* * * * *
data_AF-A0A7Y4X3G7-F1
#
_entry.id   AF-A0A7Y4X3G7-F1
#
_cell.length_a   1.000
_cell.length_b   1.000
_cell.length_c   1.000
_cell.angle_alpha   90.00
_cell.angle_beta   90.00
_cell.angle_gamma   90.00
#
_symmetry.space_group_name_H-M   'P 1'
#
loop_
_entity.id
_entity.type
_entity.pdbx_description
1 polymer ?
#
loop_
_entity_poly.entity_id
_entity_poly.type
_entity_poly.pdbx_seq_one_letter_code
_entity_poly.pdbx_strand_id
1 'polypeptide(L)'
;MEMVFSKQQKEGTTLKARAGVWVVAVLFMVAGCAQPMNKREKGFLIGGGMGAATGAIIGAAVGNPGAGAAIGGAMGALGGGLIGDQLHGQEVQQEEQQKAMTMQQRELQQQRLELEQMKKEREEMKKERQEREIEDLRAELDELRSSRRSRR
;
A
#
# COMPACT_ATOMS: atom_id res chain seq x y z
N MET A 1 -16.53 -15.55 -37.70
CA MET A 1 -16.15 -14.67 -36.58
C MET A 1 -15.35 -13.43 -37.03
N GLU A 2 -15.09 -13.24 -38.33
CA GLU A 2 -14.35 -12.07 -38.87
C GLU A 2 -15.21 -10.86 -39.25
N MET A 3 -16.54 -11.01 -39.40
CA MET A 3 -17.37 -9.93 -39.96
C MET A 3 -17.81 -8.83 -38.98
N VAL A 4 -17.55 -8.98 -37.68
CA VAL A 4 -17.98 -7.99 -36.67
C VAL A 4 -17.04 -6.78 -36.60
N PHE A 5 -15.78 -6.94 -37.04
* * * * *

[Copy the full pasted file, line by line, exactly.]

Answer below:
data_AF-A0A7Y4X3G7-F1
#
_entry.id   AF-A0A7Y4X3G7-F1
#
_cell.length_a   1.000
_cell.length_b   1.000
_cell.length_c   1.000
_cell.angle_alpha   90.00
_cell.angle_beta   90.00
_cell.angle_gamma   90.00
#
_symmetry.space_group_name_H-M   'P 1'
#
loop_
_entity.id
_entity.type
_entity.pdbx_description
1 polymer ?
#
loop_
_entity_poly.entity_id
_entity_poly.type
_entity_poly.pdbx_seq_one_letter_code
_entity_poly.pdbx_strand_id
1 'polypeptide(L)'
;MEMVFSKQQKEGTTLKARAGVWVVAVLFMVAGCAQPMNKREKGFLIGGGMGAATGAIIGAAVGNPGAGAAIGGAMGALGGGLIGDQLHGQEVQQEEQQKAMTMQQRELQQQRLELEQMKKEREEMKKERQEREIEDLRAELDELRSSRRSRR
;
A
#
# COMPACT_ATOMS: atom_id res chain seq x y z
N MET A 1 -16.53 -15.55 -37.70
CA MET A 1 -16.15 -14.67 -36.58
C MET A 1 -15.35 -13.43 -37.03
N GLU A 2 -15.09 -13.24 -38.33
CA GLU A 2 -14.35 -12.07 -38.87
C GLU A 2 -15.21 -10.86 -39.25
N MET A 3 -16.54 -11.01 -39.40
CA MET A 3 -17.37 -9.93 -39.96
C MET A 3 -17.81 -8.83 -38.98
N VAL A 4 -17.55 -8.98 -37.68
CA VAL A 4 -17.98 -7.99 -36.67
C VAL A 4 -17.04 -6.78 -36.60
N PHE A 5 -15.78 -6.94 -37.04